Published June 2014 by HarperCollins|231 pages
Where I Got It: I borrowed the e-book from the library
Genre: Adult Literary/Mystery
What It’s About:
In this darkly riveting debut novel — a sophisticated psychological mystery that is also a heartbreakingly honest meditation on memory, identity, and aging — an elderly woman descending into dementia embarks on a desperate quest to find the best friend she believes has disappeared, and her search for the truth will go back decades and have shattering consequences.
Maud, an aging grandmother, is slowly losing her memory — and her grip on everyday life. Yet she refuses to forget her best friend Elizabeth, whom she is convinced is missing and in terrible danger.
But no one will listen to Maud — not her frustrated daughter, Helen, not her caretakers, not the police, and especially not Elizabeth’s mercurial son, Peter. Armed with handwritten notes she leaves for herself and an overwhelming feeling that Elizabeth needs her help, Maud resolves to discover the truth and save her beloved friend.
This singular obsession forms a cornerstone of Maud’s rapidly dissolving present. But the clues she discovers seem only to lead her deeper into her past, to another unsolved disappearance: her sister, Sukey, who vanished shortly after World War II.
As vivid memories of a tragedy that occurred more fifty years ago come flooding back, Maud discovers new momentum in her search for her friend. Could the mystery of Sukey’s disappearance hold the key to finding Elizabeth?
What I Thought:
Is it weird that I think I liked Elizabeth Is Missing, but that I’m not sure if I do? Because I’m having trouble deciding if I liked it or not.
I’m going to try to talk about it with no spoilers, but I don’t know how well that will work, so I’ll let you know if I can’t avoid it.
It is an interesting look at memory and how we remember things, and in this book, how the present and past get mixed together. I wasn’t sure of the connection between what happened to Sukey and to Elizabeth, and I really expected there to be more of a connection between the two. I was sort of let down by how things really played out.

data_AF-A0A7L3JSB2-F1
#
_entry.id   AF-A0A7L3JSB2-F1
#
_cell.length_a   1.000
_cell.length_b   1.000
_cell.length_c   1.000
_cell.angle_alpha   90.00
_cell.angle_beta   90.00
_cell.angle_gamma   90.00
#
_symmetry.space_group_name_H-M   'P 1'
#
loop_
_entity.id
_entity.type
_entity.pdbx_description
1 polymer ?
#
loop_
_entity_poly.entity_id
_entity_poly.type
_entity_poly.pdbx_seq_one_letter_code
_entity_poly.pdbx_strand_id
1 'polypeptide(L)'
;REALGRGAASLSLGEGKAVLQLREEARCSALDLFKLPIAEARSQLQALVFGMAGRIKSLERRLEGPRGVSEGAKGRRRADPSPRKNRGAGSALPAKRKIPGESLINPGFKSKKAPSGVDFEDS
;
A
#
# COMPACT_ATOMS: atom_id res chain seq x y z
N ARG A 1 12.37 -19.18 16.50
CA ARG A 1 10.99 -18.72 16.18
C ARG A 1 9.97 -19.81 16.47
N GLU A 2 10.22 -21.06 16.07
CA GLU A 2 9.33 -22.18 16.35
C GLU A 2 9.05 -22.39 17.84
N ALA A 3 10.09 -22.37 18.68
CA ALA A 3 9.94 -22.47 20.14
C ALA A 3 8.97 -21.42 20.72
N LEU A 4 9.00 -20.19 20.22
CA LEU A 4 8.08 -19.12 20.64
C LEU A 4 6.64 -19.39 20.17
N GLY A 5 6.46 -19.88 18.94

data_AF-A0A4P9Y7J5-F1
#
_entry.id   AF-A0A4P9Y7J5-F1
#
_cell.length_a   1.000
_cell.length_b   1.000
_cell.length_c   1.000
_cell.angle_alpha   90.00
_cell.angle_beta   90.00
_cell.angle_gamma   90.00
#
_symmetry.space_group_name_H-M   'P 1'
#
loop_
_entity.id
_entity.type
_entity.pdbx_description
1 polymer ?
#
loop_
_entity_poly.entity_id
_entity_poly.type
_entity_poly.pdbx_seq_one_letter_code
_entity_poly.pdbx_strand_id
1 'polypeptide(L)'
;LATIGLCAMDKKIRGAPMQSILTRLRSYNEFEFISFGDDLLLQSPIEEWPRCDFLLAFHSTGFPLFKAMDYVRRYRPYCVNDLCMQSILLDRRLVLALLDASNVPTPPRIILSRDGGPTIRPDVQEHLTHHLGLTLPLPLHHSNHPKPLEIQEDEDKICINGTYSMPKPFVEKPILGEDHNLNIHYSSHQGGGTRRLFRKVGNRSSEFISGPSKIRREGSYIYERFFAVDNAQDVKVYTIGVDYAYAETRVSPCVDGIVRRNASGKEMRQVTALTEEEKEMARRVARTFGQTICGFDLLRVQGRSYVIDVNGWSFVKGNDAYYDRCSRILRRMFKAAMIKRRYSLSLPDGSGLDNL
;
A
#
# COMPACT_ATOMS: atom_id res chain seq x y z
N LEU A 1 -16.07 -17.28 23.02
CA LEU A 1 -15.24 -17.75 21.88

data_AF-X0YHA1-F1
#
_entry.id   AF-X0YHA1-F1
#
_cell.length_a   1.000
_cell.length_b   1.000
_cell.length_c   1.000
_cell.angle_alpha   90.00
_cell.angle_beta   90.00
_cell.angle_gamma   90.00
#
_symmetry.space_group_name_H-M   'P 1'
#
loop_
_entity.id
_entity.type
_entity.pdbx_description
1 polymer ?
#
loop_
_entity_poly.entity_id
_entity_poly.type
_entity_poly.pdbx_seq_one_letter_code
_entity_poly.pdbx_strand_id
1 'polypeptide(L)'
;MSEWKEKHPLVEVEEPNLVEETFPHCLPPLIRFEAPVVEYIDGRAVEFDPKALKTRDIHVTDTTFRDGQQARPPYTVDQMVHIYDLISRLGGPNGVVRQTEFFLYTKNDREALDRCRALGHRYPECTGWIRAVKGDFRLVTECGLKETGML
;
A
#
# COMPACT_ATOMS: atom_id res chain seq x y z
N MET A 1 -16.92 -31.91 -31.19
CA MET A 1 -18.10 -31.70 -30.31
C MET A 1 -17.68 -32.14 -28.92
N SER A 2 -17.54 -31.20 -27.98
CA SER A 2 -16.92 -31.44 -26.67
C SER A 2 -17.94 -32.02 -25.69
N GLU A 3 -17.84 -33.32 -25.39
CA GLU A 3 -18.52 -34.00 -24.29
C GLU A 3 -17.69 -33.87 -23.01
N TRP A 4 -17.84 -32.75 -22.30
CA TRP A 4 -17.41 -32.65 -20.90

That’s it? That’s my reaction to how things were resolved with Sukey’s disappearance years earlier, and Elizabeth’s disappearance. And oddly enough, it wasn’t as compelling as I thought it would be, although it was compelling enough up to that point. It wasn’t the mystery I thought it would be, and I think a lot of it has to do with the fact that Maud has dementia, because it really does kind of explain away a lot of things.
Elizabeth Is Missing was frustrating at times, because Maud seemed to need to more care than what she was getting from her daughter and the carer. She wrote a lot of notes to help her remember, but later on, she’d forget why she wrote them. She wasn’t supposed to use the oven, and she’d go to the store to get something, only to forget why she was there, so she’d get peaches. I know it can be hard to care for someone, and maybe Helen (Maud’s daughter) thought she could do it herself (or didn’t want to or even realize) that Maud needed more care. I did feel for Helen, because making sure Maud is okay can’t be easy, and it is heartbreaking to see Maud go through it. I can’t imagine having a relative with dementia, especially a parent, and Healey does show that really well.
3 stars. I’m not sure if I liked it, and the mystery of what happened to Sukey and Elizabeth didn’t quite work for me, but I did feel for Helen. And it did make me think a little about memory and how we remember things, and the connection between past and present.